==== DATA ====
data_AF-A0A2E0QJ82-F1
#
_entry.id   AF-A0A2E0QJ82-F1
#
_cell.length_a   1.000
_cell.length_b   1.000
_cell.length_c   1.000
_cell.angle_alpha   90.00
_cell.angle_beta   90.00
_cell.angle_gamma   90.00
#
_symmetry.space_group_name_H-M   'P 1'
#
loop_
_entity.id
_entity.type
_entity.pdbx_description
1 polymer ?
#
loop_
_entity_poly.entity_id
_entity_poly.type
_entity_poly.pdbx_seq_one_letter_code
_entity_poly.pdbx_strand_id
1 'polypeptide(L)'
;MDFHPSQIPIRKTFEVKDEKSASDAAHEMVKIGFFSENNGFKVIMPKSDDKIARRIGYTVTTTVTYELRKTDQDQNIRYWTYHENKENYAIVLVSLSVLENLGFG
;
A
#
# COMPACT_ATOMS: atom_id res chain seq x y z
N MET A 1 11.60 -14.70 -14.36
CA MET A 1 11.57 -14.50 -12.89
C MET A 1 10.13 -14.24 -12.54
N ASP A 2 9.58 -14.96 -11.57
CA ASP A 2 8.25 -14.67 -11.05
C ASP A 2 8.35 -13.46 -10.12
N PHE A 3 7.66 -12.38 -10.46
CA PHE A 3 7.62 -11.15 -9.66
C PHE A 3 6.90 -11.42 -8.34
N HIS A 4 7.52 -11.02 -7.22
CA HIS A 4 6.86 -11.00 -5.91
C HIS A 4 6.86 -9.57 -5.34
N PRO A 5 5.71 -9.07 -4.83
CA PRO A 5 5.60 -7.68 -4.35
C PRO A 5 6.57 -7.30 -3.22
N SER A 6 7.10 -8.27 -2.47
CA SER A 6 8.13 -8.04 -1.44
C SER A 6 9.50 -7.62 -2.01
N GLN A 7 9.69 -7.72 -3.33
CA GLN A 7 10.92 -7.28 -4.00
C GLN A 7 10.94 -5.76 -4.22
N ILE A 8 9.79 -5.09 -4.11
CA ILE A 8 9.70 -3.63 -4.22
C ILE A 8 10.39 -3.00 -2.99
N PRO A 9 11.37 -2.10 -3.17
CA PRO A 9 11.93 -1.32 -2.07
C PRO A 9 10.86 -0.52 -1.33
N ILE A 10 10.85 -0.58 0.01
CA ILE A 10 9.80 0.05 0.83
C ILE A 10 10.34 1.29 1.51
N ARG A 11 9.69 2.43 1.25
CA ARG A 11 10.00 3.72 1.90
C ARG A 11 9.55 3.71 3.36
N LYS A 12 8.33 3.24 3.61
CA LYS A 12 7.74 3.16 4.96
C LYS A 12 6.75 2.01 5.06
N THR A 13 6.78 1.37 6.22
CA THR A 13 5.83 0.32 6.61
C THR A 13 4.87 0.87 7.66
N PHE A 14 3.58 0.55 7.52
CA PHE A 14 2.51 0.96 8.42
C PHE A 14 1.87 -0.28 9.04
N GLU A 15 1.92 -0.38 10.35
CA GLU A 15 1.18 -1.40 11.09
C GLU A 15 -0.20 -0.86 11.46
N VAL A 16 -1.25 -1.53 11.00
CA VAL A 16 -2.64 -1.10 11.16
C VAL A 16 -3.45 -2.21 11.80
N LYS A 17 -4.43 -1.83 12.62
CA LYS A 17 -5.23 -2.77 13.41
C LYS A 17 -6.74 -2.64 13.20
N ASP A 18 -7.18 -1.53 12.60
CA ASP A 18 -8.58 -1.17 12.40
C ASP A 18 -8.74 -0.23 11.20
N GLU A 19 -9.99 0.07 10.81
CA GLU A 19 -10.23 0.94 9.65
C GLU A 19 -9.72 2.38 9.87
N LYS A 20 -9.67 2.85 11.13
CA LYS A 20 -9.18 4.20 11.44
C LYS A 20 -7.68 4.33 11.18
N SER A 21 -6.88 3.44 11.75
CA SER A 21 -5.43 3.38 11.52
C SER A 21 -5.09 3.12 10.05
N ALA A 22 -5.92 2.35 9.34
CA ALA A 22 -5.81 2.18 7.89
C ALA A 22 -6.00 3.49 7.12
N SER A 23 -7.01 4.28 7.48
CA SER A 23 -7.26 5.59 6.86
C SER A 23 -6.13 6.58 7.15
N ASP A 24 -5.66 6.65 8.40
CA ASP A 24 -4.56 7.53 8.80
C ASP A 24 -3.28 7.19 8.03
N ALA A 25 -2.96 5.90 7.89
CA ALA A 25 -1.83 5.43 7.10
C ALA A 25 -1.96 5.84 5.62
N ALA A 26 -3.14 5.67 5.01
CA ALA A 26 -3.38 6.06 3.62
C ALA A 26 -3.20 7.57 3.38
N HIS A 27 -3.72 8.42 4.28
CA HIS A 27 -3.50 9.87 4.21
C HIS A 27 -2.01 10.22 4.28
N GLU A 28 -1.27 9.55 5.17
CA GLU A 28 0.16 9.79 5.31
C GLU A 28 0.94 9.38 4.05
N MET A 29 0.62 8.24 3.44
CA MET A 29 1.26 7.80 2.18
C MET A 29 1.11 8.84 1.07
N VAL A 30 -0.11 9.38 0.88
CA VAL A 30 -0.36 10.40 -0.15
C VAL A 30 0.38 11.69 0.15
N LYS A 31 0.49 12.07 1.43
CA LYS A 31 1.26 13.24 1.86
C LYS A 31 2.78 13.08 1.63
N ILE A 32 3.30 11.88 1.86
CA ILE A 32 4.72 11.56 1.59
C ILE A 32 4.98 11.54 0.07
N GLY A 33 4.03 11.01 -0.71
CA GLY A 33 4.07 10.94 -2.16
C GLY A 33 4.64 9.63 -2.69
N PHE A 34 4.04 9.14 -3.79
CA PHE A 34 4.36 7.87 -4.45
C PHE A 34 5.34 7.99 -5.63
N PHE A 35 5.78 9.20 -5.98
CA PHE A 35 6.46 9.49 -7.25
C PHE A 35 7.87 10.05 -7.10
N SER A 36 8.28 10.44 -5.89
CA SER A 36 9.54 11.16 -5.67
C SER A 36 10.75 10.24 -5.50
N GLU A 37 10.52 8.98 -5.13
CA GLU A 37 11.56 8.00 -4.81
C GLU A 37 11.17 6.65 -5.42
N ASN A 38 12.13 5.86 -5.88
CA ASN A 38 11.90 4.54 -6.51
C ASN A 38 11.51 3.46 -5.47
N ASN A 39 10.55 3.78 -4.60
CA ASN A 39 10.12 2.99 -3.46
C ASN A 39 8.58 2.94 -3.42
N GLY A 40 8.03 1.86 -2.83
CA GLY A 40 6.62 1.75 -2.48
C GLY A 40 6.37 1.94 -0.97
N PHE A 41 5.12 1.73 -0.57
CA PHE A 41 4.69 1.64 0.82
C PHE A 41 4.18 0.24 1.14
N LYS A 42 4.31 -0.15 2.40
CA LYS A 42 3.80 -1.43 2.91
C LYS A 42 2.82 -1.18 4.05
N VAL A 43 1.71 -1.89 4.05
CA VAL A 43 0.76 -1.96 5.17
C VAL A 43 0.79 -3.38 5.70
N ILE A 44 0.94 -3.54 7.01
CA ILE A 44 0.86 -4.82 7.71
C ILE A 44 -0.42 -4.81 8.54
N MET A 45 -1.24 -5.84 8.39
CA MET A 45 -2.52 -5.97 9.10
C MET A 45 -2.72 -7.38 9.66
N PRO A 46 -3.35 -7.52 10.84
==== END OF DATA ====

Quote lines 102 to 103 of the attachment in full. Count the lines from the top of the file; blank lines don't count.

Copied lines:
C ASP A 24 -3.28 7.19 8.03
N ALA A 25 -2.96 5.90 7.89